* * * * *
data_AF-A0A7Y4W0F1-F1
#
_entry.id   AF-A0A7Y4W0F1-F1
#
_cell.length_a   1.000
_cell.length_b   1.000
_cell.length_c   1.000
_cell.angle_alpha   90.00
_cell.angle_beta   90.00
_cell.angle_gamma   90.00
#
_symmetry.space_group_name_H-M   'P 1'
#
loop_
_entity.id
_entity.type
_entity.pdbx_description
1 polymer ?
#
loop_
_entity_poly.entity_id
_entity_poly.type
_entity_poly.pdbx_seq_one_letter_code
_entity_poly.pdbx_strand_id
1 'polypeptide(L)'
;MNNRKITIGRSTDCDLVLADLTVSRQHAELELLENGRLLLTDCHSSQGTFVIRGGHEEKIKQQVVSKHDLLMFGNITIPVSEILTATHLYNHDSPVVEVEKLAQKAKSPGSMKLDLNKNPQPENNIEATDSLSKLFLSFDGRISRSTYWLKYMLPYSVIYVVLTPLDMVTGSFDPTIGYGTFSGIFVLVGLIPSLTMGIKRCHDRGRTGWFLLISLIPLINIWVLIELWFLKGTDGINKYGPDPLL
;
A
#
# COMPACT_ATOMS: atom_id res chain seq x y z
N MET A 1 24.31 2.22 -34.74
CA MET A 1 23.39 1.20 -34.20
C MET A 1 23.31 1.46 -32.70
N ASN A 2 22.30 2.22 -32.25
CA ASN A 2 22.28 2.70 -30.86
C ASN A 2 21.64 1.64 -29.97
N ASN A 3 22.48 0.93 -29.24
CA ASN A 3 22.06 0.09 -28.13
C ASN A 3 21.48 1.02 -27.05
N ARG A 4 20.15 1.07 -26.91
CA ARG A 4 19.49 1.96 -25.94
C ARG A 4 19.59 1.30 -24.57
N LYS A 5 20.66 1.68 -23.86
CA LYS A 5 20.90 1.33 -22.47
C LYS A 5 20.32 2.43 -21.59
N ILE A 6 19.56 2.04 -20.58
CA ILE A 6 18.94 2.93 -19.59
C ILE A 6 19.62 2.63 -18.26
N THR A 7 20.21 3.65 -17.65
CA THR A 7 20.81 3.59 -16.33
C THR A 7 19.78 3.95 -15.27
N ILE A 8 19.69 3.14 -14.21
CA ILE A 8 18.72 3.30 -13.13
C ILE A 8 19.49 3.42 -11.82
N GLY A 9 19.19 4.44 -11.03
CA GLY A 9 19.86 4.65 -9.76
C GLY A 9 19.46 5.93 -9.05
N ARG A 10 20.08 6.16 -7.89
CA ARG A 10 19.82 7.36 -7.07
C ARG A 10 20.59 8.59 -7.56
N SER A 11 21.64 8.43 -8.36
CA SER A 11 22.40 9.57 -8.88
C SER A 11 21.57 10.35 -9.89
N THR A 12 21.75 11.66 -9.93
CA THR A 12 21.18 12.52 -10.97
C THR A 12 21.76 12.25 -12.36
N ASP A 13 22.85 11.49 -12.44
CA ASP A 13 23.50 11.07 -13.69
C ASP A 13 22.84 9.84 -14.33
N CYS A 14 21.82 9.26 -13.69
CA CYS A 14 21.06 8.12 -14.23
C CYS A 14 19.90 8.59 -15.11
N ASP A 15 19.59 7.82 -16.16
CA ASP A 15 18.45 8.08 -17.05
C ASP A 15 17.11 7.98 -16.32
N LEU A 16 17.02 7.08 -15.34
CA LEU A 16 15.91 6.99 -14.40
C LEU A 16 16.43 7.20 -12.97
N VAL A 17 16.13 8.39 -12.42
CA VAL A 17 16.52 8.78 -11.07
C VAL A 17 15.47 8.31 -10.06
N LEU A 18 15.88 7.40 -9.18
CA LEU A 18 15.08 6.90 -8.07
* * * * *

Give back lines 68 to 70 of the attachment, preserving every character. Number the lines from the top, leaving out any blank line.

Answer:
CA ASP A 13 23.50 11.07 -13.69
C ASP A 13 22.84 9.84 -14.33
N CYS A 14 21.82 9.26 -13.69